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Wolf-Stephan Rudi, Florian Maier, Dominik Schüttler, Antonia Kellnar, Anna Katharina Strüven, Wolfgang Hamm, and Stefan Brunner

Background: Although many countries have introduced strict guidelines regarding mouth and nose coverage in public to contain infection rates during the SARS-CoV-2 pandemic, more information is needed regarding the impact of wearing face masks on lactate thresholds (LT) and performance parameters during exercise. Methods: Ten healthy male and 10 healthy female subjects (age = 33.4 [10.26] y, body mass index = 23.52 [2.36] kg/m2) performed 3 incremental performance tests, wearing no mask (NM), surgical mask (SM), and filtering face piece mask class 2 (FFP2), with a cycle ergometer. The authors analyzed changes in the LT, in blood gas parameters, and in the rating of perceived exertion (RPE). Results: Performance at LT remained unchanged in subjects wearing SM or FFP2 in comparison with NM (162.5 [50.6] vs 167.2 [58.9] vs 162.2 [58.4] W with NM, SM, and FFP2, respectively, P = .24). However, the peak performance was significantly reduced wearing FFP2 compared with NM (213.8 [71.3] vs 230.5 [77.27] W, FFP2 vs NM, respectively, P < .001). Capillary pCO2 was increased while wearing SM as well as FFP2 compared with NM (29 [3.1] vs 33.3 [4] vs 35.8 [4.9] mmHg with NM, SM, and FFP2, respectively; P < .001), and pO2 decreased under maximum performance (84 [6.7] vs 79.1 [7.5] vs 77.3 [8.2] mmHg with NM, SM, and FFP2, P < .01). Importantly, rating of perceived exertion was significantly increased by wearing FFP2 compared with NM at LT according to Mader (16.7 [2.7] vs 15.3 [1.8] FFP2 vs NM, respectively, P < .01). Conclusion: Wearing face masks during exercise showed no effect on LT, limited maximum performance, and induced discrete changes in capillary pCO2 and pO2 within the physiologic range while increasing RPE at LT.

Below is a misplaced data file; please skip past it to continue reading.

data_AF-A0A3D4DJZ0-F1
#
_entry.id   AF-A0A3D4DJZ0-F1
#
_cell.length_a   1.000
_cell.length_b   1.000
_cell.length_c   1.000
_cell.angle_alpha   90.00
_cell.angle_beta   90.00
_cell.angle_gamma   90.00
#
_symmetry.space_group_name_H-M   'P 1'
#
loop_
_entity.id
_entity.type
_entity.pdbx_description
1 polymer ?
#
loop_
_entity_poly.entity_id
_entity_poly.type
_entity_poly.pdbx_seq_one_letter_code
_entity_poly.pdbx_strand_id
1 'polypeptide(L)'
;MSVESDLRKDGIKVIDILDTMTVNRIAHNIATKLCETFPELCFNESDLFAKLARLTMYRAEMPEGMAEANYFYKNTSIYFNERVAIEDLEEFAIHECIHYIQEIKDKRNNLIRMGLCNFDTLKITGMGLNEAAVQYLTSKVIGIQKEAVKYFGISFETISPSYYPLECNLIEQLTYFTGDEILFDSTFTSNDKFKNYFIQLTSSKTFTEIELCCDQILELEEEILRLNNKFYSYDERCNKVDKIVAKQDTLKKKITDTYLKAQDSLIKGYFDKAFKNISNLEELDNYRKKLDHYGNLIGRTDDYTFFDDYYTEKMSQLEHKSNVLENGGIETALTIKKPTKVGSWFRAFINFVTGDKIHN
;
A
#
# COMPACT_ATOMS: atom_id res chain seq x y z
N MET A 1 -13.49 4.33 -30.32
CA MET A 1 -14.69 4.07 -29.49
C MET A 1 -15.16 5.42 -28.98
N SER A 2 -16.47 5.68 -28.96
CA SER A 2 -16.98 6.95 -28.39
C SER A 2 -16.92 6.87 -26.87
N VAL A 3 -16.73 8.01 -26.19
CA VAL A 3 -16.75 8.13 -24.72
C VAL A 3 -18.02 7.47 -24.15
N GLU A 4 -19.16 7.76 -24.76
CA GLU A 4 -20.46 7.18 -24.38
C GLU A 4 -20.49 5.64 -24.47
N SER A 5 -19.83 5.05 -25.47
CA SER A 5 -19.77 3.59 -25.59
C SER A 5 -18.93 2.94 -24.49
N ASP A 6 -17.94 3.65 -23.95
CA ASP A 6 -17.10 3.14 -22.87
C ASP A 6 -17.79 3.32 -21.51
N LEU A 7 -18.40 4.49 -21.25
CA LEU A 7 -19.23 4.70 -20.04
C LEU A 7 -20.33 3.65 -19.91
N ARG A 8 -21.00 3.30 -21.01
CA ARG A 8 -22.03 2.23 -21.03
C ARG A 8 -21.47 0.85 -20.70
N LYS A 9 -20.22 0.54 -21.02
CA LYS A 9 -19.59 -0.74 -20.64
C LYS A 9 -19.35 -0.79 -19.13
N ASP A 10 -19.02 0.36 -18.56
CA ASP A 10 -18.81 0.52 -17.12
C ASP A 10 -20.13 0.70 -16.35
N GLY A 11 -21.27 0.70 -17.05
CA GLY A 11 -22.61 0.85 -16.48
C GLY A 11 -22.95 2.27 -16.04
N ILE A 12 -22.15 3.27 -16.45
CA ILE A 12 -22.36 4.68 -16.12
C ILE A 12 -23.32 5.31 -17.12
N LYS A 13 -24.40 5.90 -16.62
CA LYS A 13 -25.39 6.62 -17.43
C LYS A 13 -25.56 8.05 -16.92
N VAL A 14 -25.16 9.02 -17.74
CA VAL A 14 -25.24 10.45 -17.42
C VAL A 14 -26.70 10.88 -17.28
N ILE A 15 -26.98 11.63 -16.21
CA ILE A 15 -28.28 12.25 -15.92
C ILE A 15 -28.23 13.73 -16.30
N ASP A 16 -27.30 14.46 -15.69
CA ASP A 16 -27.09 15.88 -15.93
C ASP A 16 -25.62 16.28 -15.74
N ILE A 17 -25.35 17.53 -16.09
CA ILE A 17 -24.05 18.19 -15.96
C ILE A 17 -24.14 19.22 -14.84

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Jessica L. Bigg, Alexander S.D. Gamble, and Lawrence L. Spriet